Expand your knowledge and learn about hip hop’s rich history and global cultural currency with these informal talks with food and friends.
Welcome to the Hart House Hip Hop 101 Café. Whether you’re a sneakerhead or a novice, an emerging fan or an old school expert, we’ve got a hip hop conversation for you!
Hip Hop 101 Café is a space created for students to come together and explore how hip hop infuses all parts of our everyday culture. Peer- and community-led conversations in this space will leave you with a deeper appreciation of a shared community and a greater understanding of how hip hop culture continues to influence our world.
Everyone is welcome. Bring a friend and drop-by the Hart House Hip Hop 101 Café in the Map Room. Refreshments will be served.
Topics we will explore through the Hip Hop 101 Café series:
- The Evolution of Hip Hop: Then, Now, Next
- Hip Hop through an Indigenous Lens
- Hip Hop, Women and Gender Dynamics
- Hip Hop and Criminal Justice
- The Economics of Hip Hop
- Hip Hop, Faith and Spirituality
Socialize, get down, and let your soul lead the way.Afrika Bambaataa
For this session:
It’s still wild to imagine that this now worldwide, multi-artistic, billion-dollar, cultural behemoth that we call hip hop all started on August 11, 1973, at 18-year-old Clive Campbell’s back-to-school jam. It was a small party in a humble apartment building rec room located in the Bronx, NY.
On that faithful day, everything from music, art, dance, culture, fashion, knowledge and more changed forever. It was the start of a revolution based in the founding principles of peace, love, unity and having fun. Fast forward to 2019, and we can now see hip hop affecting every corner and facet of contemporary life. Rap artists are cultural titans, hip hop record producers are multi-millionaires, breakdancingis taught in studios across the globe, and graffiti art has become a treasured asset on countless urban buildings.
That must have been quite the party, Clive.
But how did it all start? Who were the people that built and sustained this movement? How did it change, not just art, but politics, culture and society? And where does it potentially keep going?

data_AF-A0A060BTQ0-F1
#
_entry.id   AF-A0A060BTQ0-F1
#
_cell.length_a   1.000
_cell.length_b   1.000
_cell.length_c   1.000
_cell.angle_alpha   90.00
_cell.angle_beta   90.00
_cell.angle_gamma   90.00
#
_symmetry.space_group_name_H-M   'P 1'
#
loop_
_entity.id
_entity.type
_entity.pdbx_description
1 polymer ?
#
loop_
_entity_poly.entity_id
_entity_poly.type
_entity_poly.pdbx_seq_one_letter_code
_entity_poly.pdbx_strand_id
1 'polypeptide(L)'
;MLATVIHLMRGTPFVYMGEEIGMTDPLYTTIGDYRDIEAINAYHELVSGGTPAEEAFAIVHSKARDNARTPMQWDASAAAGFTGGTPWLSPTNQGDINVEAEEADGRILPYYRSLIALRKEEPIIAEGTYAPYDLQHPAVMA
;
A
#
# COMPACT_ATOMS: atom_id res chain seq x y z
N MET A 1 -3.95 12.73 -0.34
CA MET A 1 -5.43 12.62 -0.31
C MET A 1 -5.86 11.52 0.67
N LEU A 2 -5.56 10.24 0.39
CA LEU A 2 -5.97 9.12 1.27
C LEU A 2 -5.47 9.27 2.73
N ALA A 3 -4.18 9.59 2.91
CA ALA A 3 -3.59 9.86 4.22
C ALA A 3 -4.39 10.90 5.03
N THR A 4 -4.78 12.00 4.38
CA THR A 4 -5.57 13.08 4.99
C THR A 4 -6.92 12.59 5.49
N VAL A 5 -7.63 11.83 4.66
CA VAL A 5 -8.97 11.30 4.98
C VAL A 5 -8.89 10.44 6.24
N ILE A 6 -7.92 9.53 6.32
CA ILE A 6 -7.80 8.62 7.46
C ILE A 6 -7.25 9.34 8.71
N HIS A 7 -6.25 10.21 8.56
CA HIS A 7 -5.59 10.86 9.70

Join us as we discuss the history and evolution of hip hop, as told by the knowledge keepers that celebrate and preserve its rich history.
Special Guest Facilitator
Christopher “Thrust” France is a Toronto emcee who is perhaps most known for his appearance on the Rascalz' 1998 single "Northern Touch" which also features artists Kardinal Offishall, Choclair, and Checkmate. In the early 1990s, at the young age of 15, Thrust appeared in a 1990 Kids in the Hall skit. In 1996, he released Past, Present, Future, in 2001 The Chosen Are Frew, and then in the early 2020s he collaborated with BoFaat to release “Like its 1994” and “Broken Arrow.” In addition to his own music, Thrust was also featured on one of the biggest Canadian pop hits – “Faded” – by the band soulDecision. In addition to music, Thrust has also served as a music instructor, teaching hip hop production (as well as the occasional history lesson) at Harris College.
Hip Hop Education at Hart House supports our values of representation, collaboration and social justice to explore and provide platforms for key principles of hip hop and its importance in our everyday culture on all three campuses. Recognizing hip hop as a powerful global influencer, Hart House seeks to create unique opportunities for students and community to engage hip hop education and artistic expression.